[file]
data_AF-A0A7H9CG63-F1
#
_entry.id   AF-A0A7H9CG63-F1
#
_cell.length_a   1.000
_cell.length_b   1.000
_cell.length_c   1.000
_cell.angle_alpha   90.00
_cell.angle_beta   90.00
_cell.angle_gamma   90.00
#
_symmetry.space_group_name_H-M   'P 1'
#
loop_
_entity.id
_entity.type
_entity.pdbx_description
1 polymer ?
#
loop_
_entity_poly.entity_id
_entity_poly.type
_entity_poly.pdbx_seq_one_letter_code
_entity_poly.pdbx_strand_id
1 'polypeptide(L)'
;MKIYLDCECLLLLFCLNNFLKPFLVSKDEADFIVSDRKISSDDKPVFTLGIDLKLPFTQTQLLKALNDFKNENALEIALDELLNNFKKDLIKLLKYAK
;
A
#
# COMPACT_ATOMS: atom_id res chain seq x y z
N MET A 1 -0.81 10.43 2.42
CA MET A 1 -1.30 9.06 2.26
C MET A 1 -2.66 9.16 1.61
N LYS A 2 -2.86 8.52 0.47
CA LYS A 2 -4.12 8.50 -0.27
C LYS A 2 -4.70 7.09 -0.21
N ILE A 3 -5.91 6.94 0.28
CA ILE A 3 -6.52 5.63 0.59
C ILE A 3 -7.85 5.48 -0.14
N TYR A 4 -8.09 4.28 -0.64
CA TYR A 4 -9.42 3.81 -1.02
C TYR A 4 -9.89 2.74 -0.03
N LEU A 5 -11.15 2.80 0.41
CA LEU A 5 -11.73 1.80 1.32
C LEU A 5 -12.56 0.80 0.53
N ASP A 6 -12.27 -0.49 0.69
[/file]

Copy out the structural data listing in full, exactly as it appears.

data_AF-A0A7H9CG63-F1
#
_entry.id   AF-A0A7H9CG63-F1
#
_cell.length_a   1.000
_cell.length_b   1.000
_cell.length_c   1.000
_cell.angle_alpha   90.00
_cell.angle_beta   90.00
_cell.angle_gamma   90.00
#
_symmetry.space_group_name_H-M   'P 1'
#
loop_
_entity.id
_entity.type
_entity.pdbx_description
1 polymer ?
#
loop_
_entity_poly.entity_id
_entity_poly.type
_entity_poly.pdbx_seq_one_letter_code
_entity_poly.pdbx_strand_id
1 'polypeptide(L)'
;MKIYLDCECLLLLFCLNNFLKPFLVSKDEADFIVSDRKISSDDKPVFTLGIDLKLPFTQTQLLKALNDFKNENALEIALDELLNNFKKDLIKLLKYAK
;
A
#
# COMPACT_ATOMS: atom_id res chain seq x y z
N MET A 1 -0.81 10.43 2.42
CA MET A 1 -1.30 9.06 2.26
C MET A 1 -2.66 9.16 1.61
N LYS A 2 -2.86 8.52 0.47
CA LYS A 2 -4.12 8.50 -0.27
C LYS A 2 -4.70 7.09 -0.21
N ILE A 3 -5.91 6.94 0.28
CA ILE A 3 -6.52 5.63 0.59
C ILE A 3 -7.85 5.48 -0.14
N TYR A 4 -8.09 4.28 -0.64
CA TYR A 4 -9.42 3.81 -1.02
C TYR A 4 -9.89 2.74 -0.03
N LEU A 5 -11.15 2.80 0.41
CA LEU A 5 -11.73 1.80 1.32
C LEU A 5 -12.56 0.80 0.53
N ASP A 6 -12.27 -0.49 0.69